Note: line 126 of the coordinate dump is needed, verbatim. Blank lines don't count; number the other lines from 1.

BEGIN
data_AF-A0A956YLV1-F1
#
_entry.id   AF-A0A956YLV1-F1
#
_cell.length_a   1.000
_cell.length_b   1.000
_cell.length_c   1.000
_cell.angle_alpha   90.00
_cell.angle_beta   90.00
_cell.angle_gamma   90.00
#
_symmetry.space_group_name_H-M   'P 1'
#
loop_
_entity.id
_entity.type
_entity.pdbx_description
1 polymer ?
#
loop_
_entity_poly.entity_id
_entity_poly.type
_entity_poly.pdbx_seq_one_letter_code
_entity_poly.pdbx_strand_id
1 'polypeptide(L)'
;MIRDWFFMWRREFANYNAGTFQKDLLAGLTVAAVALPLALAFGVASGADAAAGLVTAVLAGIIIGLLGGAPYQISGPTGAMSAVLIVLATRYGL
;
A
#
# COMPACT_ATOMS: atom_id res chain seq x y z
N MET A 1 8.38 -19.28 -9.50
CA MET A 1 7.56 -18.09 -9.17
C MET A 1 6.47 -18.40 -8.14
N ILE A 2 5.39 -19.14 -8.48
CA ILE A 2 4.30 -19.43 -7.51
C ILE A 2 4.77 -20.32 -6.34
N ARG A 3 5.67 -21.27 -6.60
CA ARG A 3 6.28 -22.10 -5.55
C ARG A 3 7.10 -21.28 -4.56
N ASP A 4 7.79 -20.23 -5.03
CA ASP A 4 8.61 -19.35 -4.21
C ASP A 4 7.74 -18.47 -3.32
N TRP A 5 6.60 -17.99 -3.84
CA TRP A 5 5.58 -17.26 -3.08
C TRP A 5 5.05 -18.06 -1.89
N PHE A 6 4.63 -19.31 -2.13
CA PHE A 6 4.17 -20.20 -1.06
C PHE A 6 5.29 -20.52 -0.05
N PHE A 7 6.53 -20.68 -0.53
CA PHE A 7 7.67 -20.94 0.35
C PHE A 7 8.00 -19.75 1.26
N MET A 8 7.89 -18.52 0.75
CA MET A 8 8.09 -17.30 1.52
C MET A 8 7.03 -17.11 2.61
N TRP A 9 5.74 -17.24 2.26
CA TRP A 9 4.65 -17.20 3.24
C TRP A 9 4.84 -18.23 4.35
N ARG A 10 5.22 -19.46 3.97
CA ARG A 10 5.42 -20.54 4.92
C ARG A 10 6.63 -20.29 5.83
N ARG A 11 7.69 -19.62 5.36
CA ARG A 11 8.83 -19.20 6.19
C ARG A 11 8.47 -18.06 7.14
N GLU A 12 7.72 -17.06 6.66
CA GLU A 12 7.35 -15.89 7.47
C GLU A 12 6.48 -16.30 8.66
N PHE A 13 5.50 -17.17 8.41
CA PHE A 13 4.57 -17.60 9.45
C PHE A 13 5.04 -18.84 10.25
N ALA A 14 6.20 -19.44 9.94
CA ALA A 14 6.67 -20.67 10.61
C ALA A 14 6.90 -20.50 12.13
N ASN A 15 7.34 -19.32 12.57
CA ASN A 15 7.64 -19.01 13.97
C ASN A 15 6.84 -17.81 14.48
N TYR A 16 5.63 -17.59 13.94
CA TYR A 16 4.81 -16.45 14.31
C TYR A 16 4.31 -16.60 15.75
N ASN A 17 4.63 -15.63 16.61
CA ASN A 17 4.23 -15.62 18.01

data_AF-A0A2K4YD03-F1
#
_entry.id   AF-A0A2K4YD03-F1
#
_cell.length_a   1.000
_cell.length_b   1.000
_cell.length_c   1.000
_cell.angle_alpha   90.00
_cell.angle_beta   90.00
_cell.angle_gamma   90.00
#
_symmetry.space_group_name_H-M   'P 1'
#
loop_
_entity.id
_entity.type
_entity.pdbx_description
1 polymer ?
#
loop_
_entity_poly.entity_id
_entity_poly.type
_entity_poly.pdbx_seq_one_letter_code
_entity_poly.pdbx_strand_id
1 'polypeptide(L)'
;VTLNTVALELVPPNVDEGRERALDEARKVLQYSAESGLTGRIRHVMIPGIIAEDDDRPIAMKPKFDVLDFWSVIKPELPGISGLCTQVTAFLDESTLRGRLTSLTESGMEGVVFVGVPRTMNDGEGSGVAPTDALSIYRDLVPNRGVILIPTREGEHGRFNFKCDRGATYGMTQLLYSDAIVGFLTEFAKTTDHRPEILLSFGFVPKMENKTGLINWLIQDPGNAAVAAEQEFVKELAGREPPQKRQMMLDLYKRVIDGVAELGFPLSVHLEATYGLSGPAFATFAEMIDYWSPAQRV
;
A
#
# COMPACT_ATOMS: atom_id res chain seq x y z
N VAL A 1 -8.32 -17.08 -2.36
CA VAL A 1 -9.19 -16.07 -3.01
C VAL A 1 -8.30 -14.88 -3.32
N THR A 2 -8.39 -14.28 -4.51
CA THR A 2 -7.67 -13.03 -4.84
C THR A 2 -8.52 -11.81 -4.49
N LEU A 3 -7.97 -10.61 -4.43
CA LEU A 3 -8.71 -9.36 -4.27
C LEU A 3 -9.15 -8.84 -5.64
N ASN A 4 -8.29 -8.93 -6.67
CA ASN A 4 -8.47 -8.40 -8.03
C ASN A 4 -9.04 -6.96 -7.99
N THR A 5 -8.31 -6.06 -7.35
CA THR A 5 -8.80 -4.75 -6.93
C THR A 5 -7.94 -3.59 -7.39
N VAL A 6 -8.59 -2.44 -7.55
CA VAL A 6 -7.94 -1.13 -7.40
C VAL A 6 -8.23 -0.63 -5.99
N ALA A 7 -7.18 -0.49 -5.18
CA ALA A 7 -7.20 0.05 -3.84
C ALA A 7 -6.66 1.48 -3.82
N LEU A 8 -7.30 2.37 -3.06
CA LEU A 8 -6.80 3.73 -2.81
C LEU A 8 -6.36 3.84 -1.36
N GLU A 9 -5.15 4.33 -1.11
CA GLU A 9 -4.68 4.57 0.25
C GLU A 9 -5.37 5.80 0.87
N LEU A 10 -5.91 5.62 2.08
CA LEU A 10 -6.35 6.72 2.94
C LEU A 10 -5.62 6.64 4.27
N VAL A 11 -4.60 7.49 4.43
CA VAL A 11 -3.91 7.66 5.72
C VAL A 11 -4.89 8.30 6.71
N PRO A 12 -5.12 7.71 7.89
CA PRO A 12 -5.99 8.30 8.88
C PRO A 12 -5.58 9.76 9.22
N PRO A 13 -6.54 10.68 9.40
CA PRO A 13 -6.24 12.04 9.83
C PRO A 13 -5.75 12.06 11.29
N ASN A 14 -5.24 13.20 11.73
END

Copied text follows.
N VAL A 6 -8.59 -2.44 -7.55